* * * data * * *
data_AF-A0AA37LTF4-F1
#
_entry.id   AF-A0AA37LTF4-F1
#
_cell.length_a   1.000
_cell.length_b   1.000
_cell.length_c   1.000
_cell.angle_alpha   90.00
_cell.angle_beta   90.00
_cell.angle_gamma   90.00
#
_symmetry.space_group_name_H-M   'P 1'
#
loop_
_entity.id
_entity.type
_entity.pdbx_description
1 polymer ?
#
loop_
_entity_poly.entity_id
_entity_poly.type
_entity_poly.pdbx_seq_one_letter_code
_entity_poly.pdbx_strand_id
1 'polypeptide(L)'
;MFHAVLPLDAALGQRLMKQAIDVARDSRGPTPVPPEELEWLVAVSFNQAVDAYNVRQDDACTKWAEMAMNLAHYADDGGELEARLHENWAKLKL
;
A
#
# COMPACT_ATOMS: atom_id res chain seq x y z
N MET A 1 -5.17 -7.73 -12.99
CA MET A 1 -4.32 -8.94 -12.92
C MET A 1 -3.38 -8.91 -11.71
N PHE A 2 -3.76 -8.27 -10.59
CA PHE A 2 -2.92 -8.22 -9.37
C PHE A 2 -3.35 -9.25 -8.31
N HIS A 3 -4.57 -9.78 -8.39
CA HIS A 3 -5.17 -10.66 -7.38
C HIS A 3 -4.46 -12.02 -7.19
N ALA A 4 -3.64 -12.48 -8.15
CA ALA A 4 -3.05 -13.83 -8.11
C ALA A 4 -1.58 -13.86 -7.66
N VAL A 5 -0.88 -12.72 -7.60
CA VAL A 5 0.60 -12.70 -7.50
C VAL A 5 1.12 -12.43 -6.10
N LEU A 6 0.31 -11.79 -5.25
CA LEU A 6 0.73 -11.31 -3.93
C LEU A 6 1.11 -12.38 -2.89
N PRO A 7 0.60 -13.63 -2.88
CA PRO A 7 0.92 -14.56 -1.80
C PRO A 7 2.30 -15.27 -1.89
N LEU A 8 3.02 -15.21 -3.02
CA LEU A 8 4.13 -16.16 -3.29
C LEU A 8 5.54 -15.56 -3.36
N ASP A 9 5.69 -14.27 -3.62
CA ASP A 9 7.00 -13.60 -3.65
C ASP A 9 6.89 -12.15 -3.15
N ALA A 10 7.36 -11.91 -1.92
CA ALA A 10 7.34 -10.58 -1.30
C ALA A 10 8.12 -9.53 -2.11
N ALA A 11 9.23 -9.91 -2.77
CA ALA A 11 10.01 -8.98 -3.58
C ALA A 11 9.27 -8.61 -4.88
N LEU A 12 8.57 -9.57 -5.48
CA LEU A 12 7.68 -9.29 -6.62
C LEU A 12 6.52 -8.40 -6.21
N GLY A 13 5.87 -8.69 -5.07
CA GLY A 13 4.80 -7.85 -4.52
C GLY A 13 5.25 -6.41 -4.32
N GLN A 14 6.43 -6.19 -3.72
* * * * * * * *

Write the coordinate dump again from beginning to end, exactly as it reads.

data_AF-A0AA37LTF4-F1
#
_entry.id   AF-A0AA37LTF4-F1
#
_cell.length_a   1.000
_cell.length_b   1.000
_cell.length_c   1.000
_cell.angle_alpha   90.00
_cell.angle_beta   90.00
_cell.angle_gamma   90.00
#
_symmetry.space_group_name_H-M   'P 1'
#
loop_
_entity.id
_entity.type
_entity.pdbx_description
1 polymer ?
#
loop_
_entity_poly.entity_id
_entity_poly.type
_entity_poly.pdbx_seq_one_letter_code
_entity_poly.pdbx_strand_id
1 'polypeptide(L)'
;MFHAVLPLDAALGQRLMKQAIDVARDSRGPTPVPPEELEWLVAVSFNQAVDAYNVRQDDACTKWAEMAMNLAHYADDGGELEARLHENWAKLKL
;
A
#
# COMPACT_ATOMS: atom_id res chain seq x y z
N MET A 1 -5.17 -7.73 -12.99
CA MET A 1 -4.32 -8.94 -12.92
C MET A 1 -3.38 -8.91 -11.71
N PHE A 2 -3.76 -8.27 -10.59
CA PHE A 2 -2.92 -8.22 -9.37
C PHE A 2 -3.35 -9.25 -8.31
N HIS A 3 -4.57 -9.78 -8.39
CA HIS A 3 -5.17 -10.66 -7.38
C HIS A 3 -4.46 -12.02 -7.19
N ALA A 4 -3.64 -12.48 -8.15
CA ALA A 4 -3.05 -13.83 -8.11
C ALA A 4 -1.58 -13.86 -7.66
N VAL A 5 -0.88 -12.72 -7.60
CA VAL A 5 0.60 -12.70 -7.50
C VAL A 5 1.12 -12.43 -6.10
N LEU A 6 0.31 -11.79 -5.25
CA LEU A 6 0.73 -11.31 -3.93
C LEU A 6 1.11 -12.38 -2.89
N PRO A 7 0.60 -13.63 -2.88
CA PRO A 7 0.92 -14.56 -1.80
C PRO A 7 2.30 -15.27 -1.89
N LEU A 8 3.02 -15.21 -3.02
CA LEU A 8 4.13 -16.16 -3.29
C LEU A 8 5.54 -15.56 -3.36
N ASP A 9 5.69 -14.27 -3.62
CA ASP A 9 7.00 -13.60 -3.65
C ASP A 9 6.89 -12.15 -3.15
N ALA A 10 7.36 -11.91 -1.92
CA ALA A 10 7.34 -10.58 -1.30
C ALA A 10 8.12 -9.53 -2.11
N ALA A 11 9.23 -9.91 -2.77
CA ALA A 11 10.01 -8.98 -3.58
C ALA A 11 9.27 -8.61 -4.88
N LEU A 12 8.57 -9.57 -5.48
CA LEU A 12 7.68 -9.29 -6.62
C LEU A 12 6.52 -8.40 -6.21
N GLY A 13 5.87 -8.69 -5.07
CA GLY A 13 4.80 -7.85 -4.52
C GLY A 13 5.25 -6.41 -4.32
N GLN A 14 6.43 -6.19 -3.72